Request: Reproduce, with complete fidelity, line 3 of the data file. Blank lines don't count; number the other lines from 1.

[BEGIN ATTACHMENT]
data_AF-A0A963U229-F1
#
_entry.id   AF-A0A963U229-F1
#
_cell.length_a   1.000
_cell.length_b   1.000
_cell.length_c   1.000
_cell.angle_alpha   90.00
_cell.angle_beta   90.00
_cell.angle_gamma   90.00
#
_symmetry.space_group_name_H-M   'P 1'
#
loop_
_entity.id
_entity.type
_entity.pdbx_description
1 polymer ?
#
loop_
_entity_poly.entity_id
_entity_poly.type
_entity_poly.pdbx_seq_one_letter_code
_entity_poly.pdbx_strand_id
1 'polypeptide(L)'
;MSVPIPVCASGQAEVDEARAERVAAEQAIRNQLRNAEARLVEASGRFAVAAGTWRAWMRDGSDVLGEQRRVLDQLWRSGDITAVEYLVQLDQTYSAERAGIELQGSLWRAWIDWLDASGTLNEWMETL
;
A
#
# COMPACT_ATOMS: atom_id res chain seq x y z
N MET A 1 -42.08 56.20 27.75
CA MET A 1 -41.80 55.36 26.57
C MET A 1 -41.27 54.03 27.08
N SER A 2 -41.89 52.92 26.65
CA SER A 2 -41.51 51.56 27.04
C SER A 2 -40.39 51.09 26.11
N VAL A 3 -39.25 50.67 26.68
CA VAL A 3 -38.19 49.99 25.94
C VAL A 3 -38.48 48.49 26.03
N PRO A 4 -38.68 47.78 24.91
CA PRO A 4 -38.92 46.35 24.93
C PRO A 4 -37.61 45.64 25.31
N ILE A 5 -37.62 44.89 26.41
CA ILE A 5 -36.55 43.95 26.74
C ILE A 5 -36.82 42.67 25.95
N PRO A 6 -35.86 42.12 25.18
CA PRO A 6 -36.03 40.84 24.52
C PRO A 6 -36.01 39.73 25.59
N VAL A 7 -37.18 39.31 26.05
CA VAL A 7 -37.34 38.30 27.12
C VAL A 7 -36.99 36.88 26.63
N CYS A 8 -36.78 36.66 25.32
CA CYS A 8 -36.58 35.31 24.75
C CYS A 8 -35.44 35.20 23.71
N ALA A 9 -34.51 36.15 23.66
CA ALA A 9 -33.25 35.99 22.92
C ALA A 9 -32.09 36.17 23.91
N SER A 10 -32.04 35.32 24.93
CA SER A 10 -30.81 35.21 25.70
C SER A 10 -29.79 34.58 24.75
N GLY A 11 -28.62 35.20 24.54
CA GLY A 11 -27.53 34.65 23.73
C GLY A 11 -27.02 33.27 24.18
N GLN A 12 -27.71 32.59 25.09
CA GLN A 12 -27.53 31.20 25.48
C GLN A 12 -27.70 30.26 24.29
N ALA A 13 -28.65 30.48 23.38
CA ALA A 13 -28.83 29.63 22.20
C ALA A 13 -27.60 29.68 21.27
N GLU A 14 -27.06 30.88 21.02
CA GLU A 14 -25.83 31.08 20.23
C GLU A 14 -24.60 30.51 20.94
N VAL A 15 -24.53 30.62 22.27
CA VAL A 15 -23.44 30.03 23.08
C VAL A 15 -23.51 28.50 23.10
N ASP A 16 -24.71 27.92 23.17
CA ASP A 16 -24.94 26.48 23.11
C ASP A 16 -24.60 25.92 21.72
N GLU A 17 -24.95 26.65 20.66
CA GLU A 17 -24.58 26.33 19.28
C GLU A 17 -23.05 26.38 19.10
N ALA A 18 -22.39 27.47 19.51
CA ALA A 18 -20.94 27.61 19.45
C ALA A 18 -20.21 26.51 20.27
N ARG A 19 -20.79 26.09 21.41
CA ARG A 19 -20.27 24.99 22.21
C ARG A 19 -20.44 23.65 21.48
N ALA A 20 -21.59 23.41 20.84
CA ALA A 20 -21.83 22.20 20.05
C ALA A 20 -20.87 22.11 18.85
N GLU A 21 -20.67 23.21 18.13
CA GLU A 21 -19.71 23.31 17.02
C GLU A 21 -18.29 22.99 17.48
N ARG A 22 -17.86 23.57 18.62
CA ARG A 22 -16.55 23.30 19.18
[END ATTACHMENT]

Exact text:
_entry.id   AF-A0A963U229-F1